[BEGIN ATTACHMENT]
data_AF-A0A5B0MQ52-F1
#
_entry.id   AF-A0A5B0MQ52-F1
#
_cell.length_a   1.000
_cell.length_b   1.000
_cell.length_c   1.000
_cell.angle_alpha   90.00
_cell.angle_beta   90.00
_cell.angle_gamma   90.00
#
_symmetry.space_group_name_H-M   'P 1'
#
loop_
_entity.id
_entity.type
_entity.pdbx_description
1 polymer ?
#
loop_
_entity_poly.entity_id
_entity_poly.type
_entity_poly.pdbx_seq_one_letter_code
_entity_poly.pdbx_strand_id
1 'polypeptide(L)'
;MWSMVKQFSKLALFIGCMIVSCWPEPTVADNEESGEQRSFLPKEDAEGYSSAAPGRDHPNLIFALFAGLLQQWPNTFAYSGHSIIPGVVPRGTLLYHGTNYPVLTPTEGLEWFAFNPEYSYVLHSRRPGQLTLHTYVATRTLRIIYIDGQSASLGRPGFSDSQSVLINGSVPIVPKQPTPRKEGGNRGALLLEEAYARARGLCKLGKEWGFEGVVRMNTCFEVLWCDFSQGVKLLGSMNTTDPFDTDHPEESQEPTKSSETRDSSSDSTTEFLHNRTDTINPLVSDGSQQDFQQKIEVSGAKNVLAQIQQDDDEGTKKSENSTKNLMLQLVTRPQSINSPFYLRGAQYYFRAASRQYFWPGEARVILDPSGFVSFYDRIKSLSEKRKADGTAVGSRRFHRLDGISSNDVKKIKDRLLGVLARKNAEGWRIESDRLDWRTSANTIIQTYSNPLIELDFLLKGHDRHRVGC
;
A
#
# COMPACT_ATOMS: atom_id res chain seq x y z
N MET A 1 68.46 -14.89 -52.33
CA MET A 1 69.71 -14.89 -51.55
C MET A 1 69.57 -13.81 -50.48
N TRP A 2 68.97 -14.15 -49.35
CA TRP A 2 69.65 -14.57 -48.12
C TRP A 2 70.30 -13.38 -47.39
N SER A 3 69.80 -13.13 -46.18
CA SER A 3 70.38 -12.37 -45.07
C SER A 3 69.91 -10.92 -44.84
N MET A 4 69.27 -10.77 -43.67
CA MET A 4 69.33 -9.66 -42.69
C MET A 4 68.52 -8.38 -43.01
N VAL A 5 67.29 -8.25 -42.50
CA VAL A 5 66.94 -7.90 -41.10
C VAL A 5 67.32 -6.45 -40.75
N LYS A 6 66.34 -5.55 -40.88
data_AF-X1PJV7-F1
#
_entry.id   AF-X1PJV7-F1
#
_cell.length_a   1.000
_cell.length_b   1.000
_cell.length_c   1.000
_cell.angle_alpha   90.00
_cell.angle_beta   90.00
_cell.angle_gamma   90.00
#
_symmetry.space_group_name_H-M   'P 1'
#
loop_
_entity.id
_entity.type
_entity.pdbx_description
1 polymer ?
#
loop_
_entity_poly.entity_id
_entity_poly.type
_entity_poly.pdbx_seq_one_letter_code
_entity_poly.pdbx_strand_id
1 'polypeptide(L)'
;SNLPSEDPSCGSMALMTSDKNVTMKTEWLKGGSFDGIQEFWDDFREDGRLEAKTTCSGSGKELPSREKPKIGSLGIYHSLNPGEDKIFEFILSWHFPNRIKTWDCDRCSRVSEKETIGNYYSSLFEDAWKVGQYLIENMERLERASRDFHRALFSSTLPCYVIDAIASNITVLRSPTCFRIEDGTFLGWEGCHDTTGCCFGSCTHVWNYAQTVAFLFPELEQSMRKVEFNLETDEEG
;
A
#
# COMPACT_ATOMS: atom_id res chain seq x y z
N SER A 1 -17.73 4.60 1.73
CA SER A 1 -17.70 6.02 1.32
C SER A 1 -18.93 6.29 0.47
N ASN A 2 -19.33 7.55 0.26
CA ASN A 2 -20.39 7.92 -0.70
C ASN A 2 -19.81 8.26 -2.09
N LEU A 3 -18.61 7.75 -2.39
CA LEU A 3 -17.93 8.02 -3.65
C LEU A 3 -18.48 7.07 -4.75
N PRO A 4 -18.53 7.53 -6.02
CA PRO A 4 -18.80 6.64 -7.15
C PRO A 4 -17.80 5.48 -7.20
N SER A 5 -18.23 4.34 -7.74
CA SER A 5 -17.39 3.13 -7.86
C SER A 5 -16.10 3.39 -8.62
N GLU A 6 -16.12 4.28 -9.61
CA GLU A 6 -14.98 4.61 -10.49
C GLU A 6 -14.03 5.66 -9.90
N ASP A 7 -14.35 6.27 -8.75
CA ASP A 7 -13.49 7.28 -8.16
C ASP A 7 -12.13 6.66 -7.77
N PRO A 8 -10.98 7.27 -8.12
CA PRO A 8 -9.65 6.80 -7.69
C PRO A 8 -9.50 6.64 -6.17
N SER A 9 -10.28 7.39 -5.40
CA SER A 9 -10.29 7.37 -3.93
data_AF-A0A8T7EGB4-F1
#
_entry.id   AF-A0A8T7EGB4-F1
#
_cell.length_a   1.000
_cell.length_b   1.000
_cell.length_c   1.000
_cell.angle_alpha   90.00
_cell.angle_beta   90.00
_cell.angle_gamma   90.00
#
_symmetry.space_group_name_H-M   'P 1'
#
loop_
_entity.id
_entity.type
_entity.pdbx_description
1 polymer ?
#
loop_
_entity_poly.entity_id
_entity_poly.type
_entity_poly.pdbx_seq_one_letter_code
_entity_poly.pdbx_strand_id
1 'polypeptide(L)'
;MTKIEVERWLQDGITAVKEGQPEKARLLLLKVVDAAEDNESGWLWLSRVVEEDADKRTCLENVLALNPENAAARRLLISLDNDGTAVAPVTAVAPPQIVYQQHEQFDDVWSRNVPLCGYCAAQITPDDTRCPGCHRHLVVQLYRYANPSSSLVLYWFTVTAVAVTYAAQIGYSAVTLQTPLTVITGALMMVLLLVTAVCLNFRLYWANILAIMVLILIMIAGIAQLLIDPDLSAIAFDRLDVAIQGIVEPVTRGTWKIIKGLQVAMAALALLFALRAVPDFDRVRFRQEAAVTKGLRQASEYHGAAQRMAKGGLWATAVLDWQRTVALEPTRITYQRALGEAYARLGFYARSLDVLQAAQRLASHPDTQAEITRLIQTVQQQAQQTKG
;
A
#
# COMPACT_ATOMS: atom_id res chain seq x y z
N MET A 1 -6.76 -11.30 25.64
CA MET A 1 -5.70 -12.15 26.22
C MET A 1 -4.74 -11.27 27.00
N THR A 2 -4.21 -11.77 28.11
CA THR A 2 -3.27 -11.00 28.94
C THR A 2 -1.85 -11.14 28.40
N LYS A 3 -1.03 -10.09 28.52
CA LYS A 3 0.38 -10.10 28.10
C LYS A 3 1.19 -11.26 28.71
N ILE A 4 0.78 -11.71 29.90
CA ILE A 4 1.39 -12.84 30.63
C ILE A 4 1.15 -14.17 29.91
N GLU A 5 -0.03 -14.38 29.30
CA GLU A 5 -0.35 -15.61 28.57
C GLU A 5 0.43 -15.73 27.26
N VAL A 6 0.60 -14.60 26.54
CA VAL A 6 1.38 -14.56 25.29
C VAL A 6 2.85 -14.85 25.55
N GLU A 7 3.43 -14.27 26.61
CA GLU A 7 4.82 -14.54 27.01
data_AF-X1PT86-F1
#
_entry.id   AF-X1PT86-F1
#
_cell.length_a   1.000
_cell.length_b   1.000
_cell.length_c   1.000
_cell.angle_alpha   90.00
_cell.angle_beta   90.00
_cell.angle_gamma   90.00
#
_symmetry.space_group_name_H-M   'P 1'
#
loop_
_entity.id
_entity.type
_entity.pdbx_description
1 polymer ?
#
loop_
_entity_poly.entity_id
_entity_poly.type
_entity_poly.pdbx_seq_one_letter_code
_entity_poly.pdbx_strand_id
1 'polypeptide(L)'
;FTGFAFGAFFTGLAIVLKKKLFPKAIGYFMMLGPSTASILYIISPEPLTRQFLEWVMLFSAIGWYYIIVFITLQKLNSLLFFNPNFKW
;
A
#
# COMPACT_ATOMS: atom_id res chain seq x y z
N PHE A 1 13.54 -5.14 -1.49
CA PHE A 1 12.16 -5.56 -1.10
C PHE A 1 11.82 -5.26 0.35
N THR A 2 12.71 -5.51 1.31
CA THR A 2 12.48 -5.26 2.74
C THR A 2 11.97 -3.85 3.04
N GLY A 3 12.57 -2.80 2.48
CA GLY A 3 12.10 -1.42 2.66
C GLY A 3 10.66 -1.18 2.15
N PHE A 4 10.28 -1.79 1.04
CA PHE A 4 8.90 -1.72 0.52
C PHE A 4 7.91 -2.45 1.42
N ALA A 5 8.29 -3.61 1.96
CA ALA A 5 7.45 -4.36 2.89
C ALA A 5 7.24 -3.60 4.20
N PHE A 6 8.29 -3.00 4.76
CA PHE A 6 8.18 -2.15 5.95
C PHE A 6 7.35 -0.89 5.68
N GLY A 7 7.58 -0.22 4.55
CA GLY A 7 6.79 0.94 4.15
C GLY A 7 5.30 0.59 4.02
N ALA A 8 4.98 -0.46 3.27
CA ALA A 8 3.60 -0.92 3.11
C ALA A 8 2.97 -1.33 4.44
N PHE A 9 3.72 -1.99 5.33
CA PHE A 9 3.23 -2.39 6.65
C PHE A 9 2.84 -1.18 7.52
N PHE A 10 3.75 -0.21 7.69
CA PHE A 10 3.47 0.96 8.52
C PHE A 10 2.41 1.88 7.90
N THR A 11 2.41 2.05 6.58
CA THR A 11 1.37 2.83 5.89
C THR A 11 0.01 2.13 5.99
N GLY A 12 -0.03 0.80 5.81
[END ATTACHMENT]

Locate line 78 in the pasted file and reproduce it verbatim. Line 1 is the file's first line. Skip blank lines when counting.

CA SER A 1 -17.70 6.02 1.32